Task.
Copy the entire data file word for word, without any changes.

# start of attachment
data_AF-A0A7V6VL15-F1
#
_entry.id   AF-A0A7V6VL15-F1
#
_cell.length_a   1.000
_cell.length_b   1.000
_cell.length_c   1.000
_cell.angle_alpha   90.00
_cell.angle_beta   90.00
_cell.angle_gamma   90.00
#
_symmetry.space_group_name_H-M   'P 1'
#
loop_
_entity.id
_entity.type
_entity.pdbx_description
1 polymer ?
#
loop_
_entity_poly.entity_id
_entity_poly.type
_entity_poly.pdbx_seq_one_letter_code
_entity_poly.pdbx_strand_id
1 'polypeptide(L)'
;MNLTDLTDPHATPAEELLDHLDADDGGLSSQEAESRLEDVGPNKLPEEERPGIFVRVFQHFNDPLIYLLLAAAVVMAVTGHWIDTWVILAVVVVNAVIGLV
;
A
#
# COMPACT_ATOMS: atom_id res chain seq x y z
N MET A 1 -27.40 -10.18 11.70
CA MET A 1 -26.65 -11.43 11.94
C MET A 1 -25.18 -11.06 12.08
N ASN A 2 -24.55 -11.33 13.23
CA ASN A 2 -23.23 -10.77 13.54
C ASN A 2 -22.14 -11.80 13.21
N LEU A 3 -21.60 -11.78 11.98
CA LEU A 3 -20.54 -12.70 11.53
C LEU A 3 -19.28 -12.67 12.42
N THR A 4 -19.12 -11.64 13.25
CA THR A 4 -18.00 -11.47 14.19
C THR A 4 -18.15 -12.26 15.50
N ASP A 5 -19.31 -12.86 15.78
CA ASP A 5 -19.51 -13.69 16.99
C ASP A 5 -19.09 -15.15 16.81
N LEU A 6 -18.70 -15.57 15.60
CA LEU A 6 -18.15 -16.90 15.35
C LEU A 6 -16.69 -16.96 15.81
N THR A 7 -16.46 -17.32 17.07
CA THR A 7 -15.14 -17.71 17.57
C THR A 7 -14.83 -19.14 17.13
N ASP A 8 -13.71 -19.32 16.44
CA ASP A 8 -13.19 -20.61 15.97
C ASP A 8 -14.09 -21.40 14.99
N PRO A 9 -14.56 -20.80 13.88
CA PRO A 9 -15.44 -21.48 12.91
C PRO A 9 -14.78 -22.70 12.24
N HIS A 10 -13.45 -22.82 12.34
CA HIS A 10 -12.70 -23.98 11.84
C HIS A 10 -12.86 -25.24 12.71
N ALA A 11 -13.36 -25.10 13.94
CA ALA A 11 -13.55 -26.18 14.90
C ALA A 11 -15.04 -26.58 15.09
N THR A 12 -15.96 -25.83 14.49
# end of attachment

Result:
data_AF-A0A7V6VL15-F1
#
_entry.id   AF-A0A7V6VL15-F1
#
_cell.length_a   1.000
_cell.length_b   1.000
_cell.length_c   1.000
_cell.angle_alpha   90.00
_cell.angle_beta   90.00
_cell.angle_gamma   90.00
#
_symmetry.space_group_name_H-M   'P 1'
#
loop_
_entity.id
_entity.type
_entity.pdbx_description
1 polymer ?
#
loop_
_entity_poly.entity_id
_entity_poly.type
_entity_poly.pdbx_seq_one_letter_code
_entity_poly.pdbx_strand_id
1 'polypeptide(L)'
;MNLTDLTDPHATPAEELLDHLDADDGGLSSQEAESRLEDVGPNKLPEEERPGIFVRVFQHFNDPLIYLLLAAAVVMAVTGHWIDTWVILAVVVVNAVIGLV
;
A
#
# COMPACT_ATOMS: atom_id res chain seq x y z
N MET A 1 -27.40 -10.18 11.70
CA MET A 1 -26.65 -11.43 11.94
C MET A 1 -25.18 -11.06 12.08
N ASN A 2 -24.55 -11.33 13.23
CA ASN A 2 -23.23 -10.77 13.54
C ASN A 2 -22.14 -11.80 13.21
N LEU A 3 -21.60 -11.78 11.98
CA LEU A 3 -20.54 -12.70 11.53
C LEU A 3 -19.28 -12.67 12.42
N THR A 4 -19.12 -11.64 13.25
CA THR A 4 -18.00 -11.47 14.19
C THR A 4 -18.15 -12.26 15.50
N ASP A 5 -19.31 -12.86 15.78
CA ASP A 5 -19.51 -13.69 16.99
C ASP A 5 -19.09 -15.15 16.81
N LEU A 6 -18.70 -15.57 15.60
CA LEU A 6 -18.15 -16.90 15.35
C LEU A 6 -16.69 -16.96 15.81
N THR A 7 -16.46 -17.32 17.07
CA THR A 7 -15.14 -17.71 17.57
C THR A 7 -14.83 -19.14 17.13
N ASP A 8 -13.71 -19.32 16.44
CA ASP A 8 -13.19 -20.61 15.97
C ASP A 8 -14.09 -21.40 14.99
N PRO A 9 -14.56 -20.80 13.88
CA PRO A 9 -15.44 -21.48 12.91
C PRO A 9 -14.78 -22.70 12.24
N HIS A 10 -13.45 -22.82 12.34
CA HIS A 10 -12.70 -23.98 11.84
C HIS A 10 -12.86 -25.24 12.71
N ALA A 11 -13.36 -25.10 13.94
CA ALA A 11 -13.55 -26.18 14.90
C ALA A 11 -15.04 -26.58 15.09
N THR A 12 -15.96 -25.83 14.49